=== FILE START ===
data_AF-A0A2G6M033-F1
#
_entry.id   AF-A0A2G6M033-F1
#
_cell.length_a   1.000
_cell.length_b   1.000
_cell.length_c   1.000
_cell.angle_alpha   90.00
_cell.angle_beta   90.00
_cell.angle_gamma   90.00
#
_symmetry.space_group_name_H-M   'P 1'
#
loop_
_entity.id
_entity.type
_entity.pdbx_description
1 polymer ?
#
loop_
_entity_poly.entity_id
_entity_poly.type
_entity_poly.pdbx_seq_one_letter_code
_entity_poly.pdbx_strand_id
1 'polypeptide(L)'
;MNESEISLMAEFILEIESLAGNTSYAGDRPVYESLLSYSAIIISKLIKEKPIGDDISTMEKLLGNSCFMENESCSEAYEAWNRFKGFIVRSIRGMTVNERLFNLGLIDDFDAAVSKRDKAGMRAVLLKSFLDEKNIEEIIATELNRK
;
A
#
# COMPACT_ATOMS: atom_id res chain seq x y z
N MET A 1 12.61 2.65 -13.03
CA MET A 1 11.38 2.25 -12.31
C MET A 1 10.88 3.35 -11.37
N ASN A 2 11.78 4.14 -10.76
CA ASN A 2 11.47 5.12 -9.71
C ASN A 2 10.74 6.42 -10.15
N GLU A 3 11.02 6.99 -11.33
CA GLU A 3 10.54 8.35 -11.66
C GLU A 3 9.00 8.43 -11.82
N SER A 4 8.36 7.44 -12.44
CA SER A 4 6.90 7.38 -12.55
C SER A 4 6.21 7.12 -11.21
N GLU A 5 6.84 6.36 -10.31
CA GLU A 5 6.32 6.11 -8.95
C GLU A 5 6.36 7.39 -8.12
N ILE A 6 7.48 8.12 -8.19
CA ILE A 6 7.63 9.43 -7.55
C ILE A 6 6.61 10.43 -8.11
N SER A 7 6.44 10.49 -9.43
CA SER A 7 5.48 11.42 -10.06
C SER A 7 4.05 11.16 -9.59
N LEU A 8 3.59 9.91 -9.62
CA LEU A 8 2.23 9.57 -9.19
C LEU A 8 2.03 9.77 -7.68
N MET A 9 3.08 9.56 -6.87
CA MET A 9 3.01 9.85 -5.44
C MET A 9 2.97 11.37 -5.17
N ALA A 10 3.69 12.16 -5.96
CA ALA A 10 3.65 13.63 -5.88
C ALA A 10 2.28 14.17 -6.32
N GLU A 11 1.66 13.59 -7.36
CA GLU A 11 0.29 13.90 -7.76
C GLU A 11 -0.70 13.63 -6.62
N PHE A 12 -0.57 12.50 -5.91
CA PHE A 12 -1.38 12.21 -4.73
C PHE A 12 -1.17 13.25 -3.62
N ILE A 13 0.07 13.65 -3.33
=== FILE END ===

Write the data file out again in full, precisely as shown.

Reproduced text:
data_AF-A0A2G6M033-F1
#
_entry.id   AF-A0A2G6M033-F1
#
_cell.length_a   1.000
_cell.length_b   1.000
_cell.length_c   1.000
_cell.angle_alpha   90.00
_cell.angle_beta   90.00
_cell.angle_gamma   90.00
#
_symmetry.space_group_name_H-M   'P 1'
#
loop_
_entity.id
_entity.type
_entity.pdbx_description
1 polymer ?
#
loop_
_entity_poly.entity_id
_entity_poly.type
_entity_poly.pdbx_seq_one_letter_code
_entity_poly.pdbx_strand_id
1 'polypeptide(L)'
;MNESEISLMAEFILEIESLAGNTSYAGDRPVYESLLSYSAIIISKLIKEKPIGDDISTMEKLLGNSCFMENESCSEAYEAWNRFKGFIVRSIRGMTVNERLFNLGLIDDFDAAVSKRDKAGMRAVLLKSFLDEKNIEEIIATELNRK
;
A
#
# COMPACT_ATOMS: atom_id res chain seq x y z
N MET A 1 12.61 2.65 -13.03
CA MET A 1 11.38 2.25 -12.31
C MET A 1 10.88 3.35 -11.37
N ASN A 2 11.78 4.14 -10.76
CA ASN A 2 11.47 5.12 -9.71
C ASN A 2 10.74 6.42 -10.15
N GLU A 3 11.02 6.99 -11.33
CA GLU A 3 10.54 8.35 -11.66
C GLU A 3 9.00 8.43 -11.82
N SER A 4 8.36 7.44 -12.44
CA SER A 4 6.90 7.38 -12.55
C SER A 4 6.21 7.12 -11.21
N GLU A 5 6.84 6.36 -10.31
CA GLU A 5 6.32 6.11 -8.95
C GLU A 5 6.36 7.39 -8.12
N ILE A 6 7.48 8.12 -8.19
CA ILE A 6 7.63 9.43 -7.55
C ILE A 6 6.61 10.43 -8.11
N SER A 7 6.44 10.49 -9.43
CA SER A 7 5.48 11.42 -10.06
C SER A 7 4.05 11.16 -9.59
N LEU A 8 3.59 9.91 -9.62
CA LEU A 8 2.23 9.57 -9.19
C LEU A 8 2.03 9.77 -7.68
N MET A 9 3.08 9.56 -6.87
CA MET A 9 3.01 9.85 -5.44
C MET A 9 2.97 11.37 -5.17
N ALA A 10 3.69 12.16 -5.96
CA ALA A 10 3.65 13.63 -5.88
C ALA A 10 2.28 14.17 -6.32
N GLU A 11 1.66 13.59 -7.36
CA GLU A 11 0.29 13.90 -7.76
C GLU A 11 -0.70 13.63 -6.62
N PHE A 12 -0.57 12.50 -5.91
CA PHE A 12 -1.38 12.21 -4.73
C PHE A 12 -1.17 13.25 -3.62
N ILE A 13 0.07 13.65 -3.33